A survey of American pastors belonging to various Protestant denominations has found a diverse array of opinions on how the End Times will unfold.
In recently released data by LifeWay Research sponsored by Charisma House Book Group, details about how Jesus will return are uniform among Protestant pastors. The major areas of disagreement center on the nature of the rapture, including when and how literal it will be, the nature of the Antichrist, and the nature and timing of Christ's thousand-year reign.
For many Christians, suicide is a taboo act that will keep a believer out of Heaven. Known by many as the "unforgivable sin," it's a complicated issue that's been widely neglected from theological discussion within the Church.
In a portion of his new book Unanswered, a volume intended to shed light on several hot-button topics that loom large within the Church, apologist and New Testament scholar Dr. Jeremiah Johnston debunks misconceptions about suicide and mental illness — two issues secretly plaguing today's Church.
"Twenty-three percent of pastors right now, according to a reliable LifeWay study, are chronically depressed," Johnston told The Christian Post last week. more >>
Just four percent of American pastors say that they are planning to vote for Republican billionaire Donald Trump for president.
The Nashville-based Christian research organization LifeWay conducted a survey to gauge how pastors are likely to vote in the upcoming 2016 presidential election. LifeWay researchers conducted phone interviews with over 1,000 senior pastors, priests and ministers from various Protestant churches all over the United States during a two-week time span in January.
As headlines in the media and even Trump's statements make it seem that like real estate mogul is having large success gaining the support of evangelical voters, LifeWay's survey was released Tuesday and shows that although Trump might be successful in attracting some self-identified Evangelicals, his message is failing to win over members of the clergy. more >>
Researchers should define Evangelicals by their beliefs, not by their political demographics, the church they attend or what they self-identify as, the National Association of Evangelicals, LifeWay Research and a group of sociologists, theologians and Evangelical leaders have determined.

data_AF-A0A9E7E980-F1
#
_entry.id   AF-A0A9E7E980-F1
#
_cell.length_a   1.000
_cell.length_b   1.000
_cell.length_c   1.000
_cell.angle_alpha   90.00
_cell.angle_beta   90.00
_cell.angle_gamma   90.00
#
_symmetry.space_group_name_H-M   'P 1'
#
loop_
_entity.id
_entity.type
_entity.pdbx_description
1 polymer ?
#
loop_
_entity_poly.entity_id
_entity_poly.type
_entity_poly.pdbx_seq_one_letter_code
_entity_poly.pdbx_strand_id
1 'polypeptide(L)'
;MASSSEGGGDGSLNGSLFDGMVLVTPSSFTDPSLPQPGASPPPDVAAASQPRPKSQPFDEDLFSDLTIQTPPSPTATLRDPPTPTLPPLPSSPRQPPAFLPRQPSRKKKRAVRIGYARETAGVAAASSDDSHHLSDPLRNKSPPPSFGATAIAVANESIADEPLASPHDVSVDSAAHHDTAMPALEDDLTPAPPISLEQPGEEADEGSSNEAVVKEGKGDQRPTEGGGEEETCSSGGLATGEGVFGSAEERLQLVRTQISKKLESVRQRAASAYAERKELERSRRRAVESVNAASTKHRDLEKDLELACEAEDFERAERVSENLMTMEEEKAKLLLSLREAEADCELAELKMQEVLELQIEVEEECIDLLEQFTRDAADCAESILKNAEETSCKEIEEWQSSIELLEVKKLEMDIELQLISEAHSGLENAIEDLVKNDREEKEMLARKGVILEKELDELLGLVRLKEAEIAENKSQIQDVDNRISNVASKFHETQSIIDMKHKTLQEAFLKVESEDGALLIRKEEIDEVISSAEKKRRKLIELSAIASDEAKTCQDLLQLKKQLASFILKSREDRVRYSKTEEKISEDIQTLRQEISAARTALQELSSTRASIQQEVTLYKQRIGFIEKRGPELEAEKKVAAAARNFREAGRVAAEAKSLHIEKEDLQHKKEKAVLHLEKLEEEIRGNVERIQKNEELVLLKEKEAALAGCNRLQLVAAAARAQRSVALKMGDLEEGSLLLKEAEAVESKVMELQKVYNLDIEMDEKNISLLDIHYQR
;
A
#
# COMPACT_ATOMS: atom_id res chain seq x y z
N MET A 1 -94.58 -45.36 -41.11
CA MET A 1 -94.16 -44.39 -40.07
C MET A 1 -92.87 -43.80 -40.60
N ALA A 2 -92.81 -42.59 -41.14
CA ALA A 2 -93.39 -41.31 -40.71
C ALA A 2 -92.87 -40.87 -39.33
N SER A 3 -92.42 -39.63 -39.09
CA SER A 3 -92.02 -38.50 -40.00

After a two-year collaboration, NAE and the Christian research organization LifeWay Research have developed a standard definition for what it means to be an Evangelical.
Tired of numerous surveys and polls holding inconsistent definitions of what they consider to be Evangelicals, NAE announced Thursday that its board of directors adopted an "Evangelical beliefs research definition" at its Oct. 15 meeting in hopes it will lead to researchers using an accurate definition to define Evangelicals. more >>
For example, hundreds of you have shared with us your decision-making process when you leave a church.
Though there are many different reasons given, these pastors did share one reason much more frequently than any others: more >>
Pastor Matt Chandler of The Village Church in Texas is explaining the meaning and relevance of the Apostles' Creed to his congregation in an ongoing sermon series because "the lines of the creed aren't mere words" but they carry "the essence of what we confess and believe."
Beginning late August, Chandler has been taking his congregation through a 12-week series of sermons on the Apostles' Creed, elaborating on each section of the statement of faith, which finds its genesis in the apostles' teachings.
"The creed will help us develop better symmetry as Christians, give us a more robust understanding of the God of the Bible," the pastor said in the first sermon in the series. "The creed helps us with clarity. It makes it clear who God is. The creed informs our community, who we belong to and who we are with. Finally, the creed informs our counsel, both to ourselves and to others." more >>